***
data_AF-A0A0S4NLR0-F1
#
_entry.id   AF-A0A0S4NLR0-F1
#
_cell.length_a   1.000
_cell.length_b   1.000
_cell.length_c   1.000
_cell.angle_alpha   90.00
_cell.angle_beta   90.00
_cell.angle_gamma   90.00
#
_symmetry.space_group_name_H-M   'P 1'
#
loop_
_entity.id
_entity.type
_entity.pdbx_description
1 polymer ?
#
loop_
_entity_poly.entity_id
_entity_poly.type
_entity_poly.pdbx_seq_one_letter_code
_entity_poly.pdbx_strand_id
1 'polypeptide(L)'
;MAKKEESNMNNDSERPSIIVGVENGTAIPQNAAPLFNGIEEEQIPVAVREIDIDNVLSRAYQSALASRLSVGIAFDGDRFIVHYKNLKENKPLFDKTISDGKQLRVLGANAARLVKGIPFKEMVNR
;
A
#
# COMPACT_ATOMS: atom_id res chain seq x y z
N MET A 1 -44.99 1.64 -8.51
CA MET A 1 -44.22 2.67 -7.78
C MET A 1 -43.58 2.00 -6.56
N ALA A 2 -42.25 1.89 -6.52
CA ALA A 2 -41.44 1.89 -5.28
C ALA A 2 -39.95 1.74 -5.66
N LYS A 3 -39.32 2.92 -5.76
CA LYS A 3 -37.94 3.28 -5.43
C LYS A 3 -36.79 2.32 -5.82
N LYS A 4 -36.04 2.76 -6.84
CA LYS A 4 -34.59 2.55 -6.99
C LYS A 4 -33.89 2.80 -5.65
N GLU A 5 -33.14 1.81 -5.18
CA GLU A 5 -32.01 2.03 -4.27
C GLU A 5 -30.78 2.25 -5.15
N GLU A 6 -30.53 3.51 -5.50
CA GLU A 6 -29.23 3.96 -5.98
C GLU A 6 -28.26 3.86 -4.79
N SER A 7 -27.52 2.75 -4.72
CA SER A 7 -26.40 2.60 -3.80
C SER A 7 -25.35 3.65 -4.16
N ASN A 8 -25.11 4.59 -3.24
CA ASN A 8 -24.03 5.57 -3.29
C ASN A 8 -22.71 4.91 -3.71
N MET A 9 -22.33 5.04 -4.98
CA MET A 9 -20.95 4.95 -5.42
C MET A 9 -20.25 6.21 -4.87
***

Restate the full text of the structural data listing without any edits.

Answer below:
data_AF-A0A0S4NLR0-F1
#
_entry.id   AF-A0A0S4NLR0-F1
#
_cell.length_a   1.000
_cell.length_b   1.000
_cell.length_c   1.000
_cell.angle_alpha   90.00
_cell.angle_beta   90.00
_cell.angle_gamma   90.00
#
_symmetry.space_group_name_H-M   'P 1'
#
loop_
_entity.id
_entity.type
_entity.pdbx_description
1 polymer ?
#
loop_
_entity_poly.entity_id
_entity_poly.type
_entity_poly.pdbx_seq_one_letter_code
_entity_poly.pdbx_strand_id
1 'polypeptide(L)'
;MAKKEESNMNNDSERPSIIVGVENGTAIPQNAAPLFNGIEEEQIPVAVREIDIDNVLSRAYQSALASRLSVGIAFDGDRFIVHYKNLKENKPLFDKTISDGKQLRVLGANAARLVKGIPFKEMVNR
;
A
#
# COMPACT_ATOMS: atom_id res chain seq x y z
N MET A 1 -44.99 1.64 -8.51
CA MET A 1 -44.22 2.67 -7.78
C MET A 1 -43.58 2.00 -6.56
N ALA A 2 -42.25 1.89 -6.52
CA ALA A 2 -41.44 1.89 -5.28
C ALA A 2 -39.95 1.74 -5.66
N LYS A 3 -39.32 2.92 -5.76
CA LYS A 3 -37.94 3.28 -5.43
C LYS A 3 -36.79 2.32 -5.82
N LYS A 4 -36.04 2.76 -6.84
CA LYS A 4 -34.59 2.55 -6.99
C LYS A 4 -33.89 2.80 -5.65
N GLU A 5 -33.14 1.81 -5.18
CA GLU A 5 -32.01 2.03 -4.27
C GLU A 5 -30.78 2.25 -5.15
N GLU A 6 -30.53 3.51 -5.50
CA GLU A 6 -29.23 3.96 -5.98
C GLU A 6 -28.26 3.86 -4.79
N SER A 7 -27.52 2.75 -4.72
CA SER A 7 -26.40 2.60 -3.80
C SER A 7 -25.35 3.65 -4.16
N ASN A 8 -25.11 4.59 -3.24
CA ASN A 8 -24.03 5.57 -3.29
C ASN A 8 -22.71 4.91 -3.71
N MET A 9 -22.33 5.04 -4.98
CA MET A 9 -20.95 4.95 -5.42
C MET A 9 -20.25 6.21 -4.87